After almost 20 years of patient monitoring, an international team of astronomers have witnessed the very fabric of space-time being dragged around a rapidly-rotating exotic star known as a white dwarf. The effect is a consequence of Einstein’s General Theory of Relativity and the result was published today in the prestigious journal, Science.
When massive stars are born, they often are created in pairs, and at the end of their lives they leave behind super-dense cores in the form of a white dwarf, neutron star or black hole. Neutron stars emit regular clock-like pulses that enable astronomers to map their orbits to outstanding precision.
Dr Ramesh Bhat from the Curtin University node of ICRAR has been involved in this study since 2005. “This is an exotic stellar pair in which a tiny, super dense neutron star the size of Perth orbits another compact Earth-sized white dwarf star five times a day; both have masses about the same as our own Sun. It took 20 years of patient monitoring and careful scrutiny of data to figure out what is going on.”
Swinburne University’s Professor Matthew Bailes and his team began to map the orbit in a series of intensive observing campaigns at CSIRO’s Parkes 64-metre radio telescope. Over the course of two decades it became evident that the stars’ motion required Einstein’s General Theory of Relativity to explain their complex dance. Lead author Max Planck Institute for Radio Astronomy’s (MPIfR) Vivek Venkatraman Krishnan (VVK) took up the challenge of untangling the many intertwined Einsteinian effects at play in this naturally-occurring gravitational laboratory during his PhD at Swinburne University of Technology.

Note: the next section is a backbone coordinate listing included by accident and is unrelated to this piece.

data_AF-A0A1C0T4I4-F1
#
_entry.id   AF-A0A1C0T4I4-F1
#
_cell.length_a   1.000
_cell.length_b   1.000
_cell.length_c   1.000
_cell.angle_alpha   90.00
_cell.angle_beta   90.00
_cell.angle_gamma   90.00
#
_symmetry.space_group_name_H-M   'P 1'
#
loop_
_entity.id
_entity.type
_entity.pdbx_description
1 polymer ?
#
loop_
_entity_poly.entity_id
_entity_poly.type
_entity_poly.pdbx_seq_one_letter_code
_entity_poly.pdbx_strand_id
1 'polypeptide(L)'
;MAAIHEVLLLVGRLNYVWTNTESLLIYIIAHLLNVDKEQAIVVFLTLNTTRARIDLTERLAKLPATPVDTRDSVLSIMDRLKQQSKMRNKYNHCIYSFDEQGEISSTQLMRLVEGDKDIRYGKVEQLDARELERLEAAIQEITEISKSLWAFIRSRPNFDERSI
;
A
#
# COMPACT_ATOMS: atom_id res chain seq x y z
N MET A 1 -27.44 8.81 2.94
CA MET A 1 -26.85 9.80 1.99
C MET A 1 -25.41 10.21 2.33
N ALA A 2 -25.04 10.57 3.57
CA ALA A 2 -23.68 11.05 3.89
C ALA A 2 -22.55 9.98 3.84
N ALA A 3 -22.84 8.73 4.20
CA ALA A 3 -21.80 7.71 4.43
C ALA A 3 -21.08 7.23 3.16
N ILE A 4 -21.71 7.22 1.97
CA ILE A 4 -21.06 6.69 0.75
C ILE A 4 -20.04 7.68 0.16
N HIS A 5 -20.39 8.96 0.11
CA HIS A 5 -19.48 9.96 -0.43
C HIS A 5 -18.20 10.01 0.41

VVK explains, “At first the stellar pair appeared to exhibit many of the classic effects that Einstein’s theory predicted. We then noticed a gradual change in the orientation of the plane of the orbit”. MPIfR’s Dr Paulo Freire postulated that this might be, at least in-part, due to the so-called “frame-dragging” that all matter is subject to in the presence of a rotating body as predicted by the Austrian mathematicians Lense and Thirring in 1918.
“In a stellar pair, the first star to collapse is often rapidly rotating due to subsequent mass transfer from its companion”, explains Danish theorist Professor Thomas Tauris (Aarhus University). Tauris’s simulations helped quantify the magnitude of the white dwarf’s spin. “In this system the entire orbit is being dragged around by the white dwarf’s spin, which is misaligned with the orbit”.
“One of the first confirmations of frame-dragging used four gyroscopes in a satellite in orbit around the Earth, but in our system the effects are 100 million times stronger”, explains MPIfR’s Dr Norbert Wex.
ICRAR’s Dr Ramesh Bhat says that the effect makes the pulsar’s orbit tumble in space. “It provides yet another stunning confirmation of Einstein’s theory, which continues to shine in brilliance even after a century of its formulation. I find it truly fascinating.”
The result is especially pleasing for team members Bailes, Willem van Straten (Auckland University of Tech) and Ramesh Bhat (ICRAR-Curtin) who have been trekking out to the Parkes 64m telescope since the early 2000s, patiently mapping the orbit with the ultimate aim of studying Einstein’s Universe. “This makes all the late nights and early mornings worthwhile,” said Bhat.
‘Lense–Thirring frame dragging induced by a fast-rotating white dwarf in a binary pulsar system‘, published in Science on January 31st, 2020.
Tania Ewing – OzGrav/Swinburne University of Technology
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Pete Wheeler — Media Contact, ICRAR
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